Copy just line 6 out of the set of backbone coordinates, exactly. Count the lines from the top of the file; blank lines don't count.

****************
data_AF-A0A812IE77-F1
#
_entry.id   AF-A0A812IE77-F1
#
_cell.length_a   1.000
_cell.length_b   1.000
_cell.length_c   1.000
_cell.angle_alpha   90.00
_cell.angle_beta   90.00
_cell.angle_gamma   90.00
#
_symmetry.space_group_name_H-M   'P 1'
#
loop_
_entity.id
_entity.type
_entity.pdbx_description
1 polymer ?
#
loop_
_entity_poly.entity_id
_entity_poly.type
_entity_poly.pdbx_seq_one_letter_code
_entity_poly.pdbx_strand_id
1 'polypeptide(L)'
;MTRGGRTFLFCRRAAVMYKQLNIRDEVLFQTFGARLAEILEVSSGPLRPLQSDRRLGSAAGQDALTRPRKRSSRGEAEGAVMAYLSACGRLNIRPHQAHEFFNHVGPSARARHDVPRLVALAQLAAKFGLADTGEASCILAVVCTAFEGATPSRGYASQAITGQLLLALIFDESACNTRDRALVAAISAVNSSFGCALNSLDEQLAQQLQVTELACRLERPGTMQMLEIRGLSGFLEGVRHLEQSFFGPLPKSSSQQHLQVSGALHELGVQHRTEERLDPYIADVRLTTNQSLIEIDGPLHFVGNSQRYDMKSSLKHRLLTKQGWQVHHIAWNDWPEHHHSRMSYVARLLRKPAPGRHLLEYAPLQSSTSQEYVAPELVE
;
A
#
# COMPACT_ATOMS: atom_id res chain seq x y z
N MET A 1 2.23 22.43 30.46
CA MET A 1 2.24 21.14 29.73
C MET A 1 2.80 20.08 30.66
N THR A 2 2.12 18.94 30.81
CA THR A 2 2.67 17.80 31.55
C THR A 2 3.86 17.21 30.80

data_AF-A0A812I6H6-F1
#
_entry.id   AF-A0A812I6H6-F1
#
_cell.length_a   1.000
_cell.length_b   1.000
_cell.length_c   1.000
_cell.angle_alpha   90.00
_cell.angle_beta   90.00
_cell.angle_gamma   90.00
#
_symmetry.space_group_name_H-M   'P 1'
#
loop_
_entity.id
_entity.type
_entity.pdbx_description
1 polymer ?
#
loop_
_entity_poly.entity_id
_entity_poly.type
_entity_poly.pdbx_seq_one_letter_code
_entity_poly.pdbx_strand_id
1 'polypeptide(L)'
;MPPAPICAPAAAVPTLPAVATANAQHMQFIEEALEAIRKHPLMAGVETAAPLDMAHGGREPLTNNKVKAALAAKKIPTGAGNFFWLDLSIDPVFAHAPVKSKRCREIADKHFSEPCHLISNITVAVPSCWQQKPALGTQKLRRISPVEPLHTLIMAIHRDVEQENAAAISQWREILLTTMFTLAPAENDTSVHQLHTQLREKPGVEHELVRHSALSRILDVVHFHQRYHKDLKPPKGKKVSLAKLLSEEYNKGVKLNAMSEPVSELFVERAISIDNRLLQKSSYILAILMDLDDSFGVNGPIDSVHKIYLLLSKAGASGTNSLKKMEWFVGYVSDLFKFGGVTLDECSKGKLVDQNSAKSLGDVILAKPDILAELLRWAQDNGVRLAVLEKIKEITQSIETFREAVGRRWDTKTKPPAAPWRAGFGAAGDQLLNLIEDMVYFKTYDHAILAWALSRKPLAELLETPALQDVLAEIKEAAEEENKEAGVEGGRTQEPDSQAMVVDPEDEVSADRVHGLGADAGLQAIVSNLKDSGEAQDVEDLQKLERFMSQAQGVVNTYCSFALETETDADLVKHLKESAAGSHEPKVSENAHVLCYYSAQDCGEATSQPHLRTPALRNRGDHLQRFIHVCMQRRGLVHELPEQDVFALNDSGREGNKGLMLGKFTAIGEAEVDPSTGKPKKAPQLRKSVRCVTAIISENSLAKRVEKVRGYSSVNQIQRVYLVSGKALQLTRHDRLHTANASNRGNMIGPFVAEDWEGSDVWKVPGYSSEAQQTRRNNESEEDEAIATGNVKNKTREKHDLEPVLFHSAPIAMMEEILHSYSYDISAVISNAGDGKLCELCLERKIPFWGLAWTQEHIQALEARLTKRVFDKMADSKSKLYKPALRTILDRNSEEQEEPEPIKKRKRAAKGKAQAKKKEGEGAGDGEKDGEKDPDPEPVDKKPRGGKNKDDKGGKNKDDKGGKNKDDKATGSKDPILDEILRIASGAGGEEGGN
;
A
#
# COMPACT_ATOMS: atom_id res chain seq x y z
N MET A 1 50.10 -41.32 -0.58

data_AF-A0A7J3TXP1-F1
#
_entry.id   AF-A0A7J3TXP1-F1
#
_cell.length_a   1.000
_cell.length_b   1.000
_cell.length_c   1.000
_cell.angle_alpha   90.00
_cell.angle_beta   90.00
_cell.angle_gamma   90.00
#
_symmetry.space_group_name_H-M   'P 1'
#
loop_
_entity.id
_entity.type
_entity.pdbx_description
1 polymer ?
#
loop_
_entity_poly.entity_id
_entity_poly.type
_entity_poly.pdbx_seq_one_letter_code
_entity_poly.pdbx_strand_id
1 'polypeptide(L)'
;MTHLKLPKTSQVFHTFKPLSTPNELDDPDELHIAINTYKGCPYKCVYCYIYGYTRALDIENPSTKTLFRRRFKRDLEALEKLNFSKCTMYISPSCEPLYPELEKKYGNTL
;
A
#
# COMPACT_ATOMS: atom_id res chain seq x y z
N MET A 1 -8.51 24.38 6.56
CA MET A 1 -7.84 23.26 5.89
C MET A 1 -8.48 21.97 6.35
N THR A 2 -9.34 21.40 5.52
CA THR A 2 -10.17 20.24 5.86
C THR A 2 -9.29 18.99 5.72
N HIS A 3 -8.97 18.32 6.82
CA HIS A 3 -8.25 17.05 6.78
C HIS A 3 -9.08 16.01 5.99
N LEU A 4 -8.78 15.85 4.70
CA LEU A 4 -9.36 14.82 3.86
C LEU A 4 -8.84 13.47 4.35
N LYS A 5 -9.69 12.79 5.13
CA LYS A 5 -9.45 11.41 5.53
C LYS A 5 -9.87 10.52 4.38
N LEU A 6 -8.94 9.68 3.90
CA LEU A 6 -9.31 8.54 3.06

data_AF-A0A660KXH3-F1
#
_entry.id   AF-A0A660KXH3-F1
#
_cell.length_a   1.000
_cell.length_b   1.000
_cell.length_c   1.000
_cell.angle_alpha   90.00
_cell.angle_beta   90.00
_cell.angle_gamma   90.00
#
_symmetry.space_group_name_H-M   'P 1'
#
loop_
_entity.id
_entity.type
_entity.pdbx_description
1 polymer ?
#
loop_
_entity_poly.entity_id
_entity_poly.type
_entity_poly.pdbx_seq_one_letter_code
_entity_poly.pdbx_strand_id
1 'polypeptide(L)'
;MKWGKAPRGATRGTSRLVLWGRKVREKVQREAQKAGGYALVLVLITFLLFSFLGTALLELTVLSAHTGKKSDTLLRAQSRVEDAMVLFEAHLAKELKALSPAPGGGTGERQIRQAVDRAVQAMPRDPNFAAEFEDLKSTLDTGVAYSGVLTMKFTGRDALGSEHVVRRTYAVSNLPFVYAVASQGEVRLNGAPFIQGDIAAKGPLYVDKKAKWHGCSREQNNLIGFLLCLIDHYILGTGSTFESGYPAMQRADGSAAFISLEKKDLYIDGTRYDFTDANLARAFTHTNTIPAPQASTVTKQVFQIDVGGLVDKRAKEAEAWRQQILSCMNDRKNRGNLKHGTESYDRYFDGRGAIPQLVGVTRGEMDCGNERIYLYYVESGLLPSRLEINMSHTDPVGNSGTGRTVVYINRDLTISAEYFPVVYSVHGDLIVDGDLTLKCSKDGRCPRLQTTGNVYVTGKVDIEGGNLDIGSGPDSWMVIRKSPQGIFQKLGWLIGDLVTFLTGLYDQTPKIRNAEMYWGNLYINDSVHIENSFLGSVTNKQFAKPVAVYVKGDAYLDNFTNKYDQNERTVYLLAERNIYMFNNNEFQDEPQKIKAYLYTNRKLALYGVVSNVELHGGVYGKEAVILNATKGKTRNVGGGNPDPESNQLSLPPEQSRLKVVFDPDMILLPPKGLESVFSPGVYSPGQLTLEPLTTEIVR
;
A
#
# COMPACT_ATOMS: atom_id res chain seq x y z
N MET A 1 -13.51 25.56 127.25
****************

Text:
_cell.length_b   1.000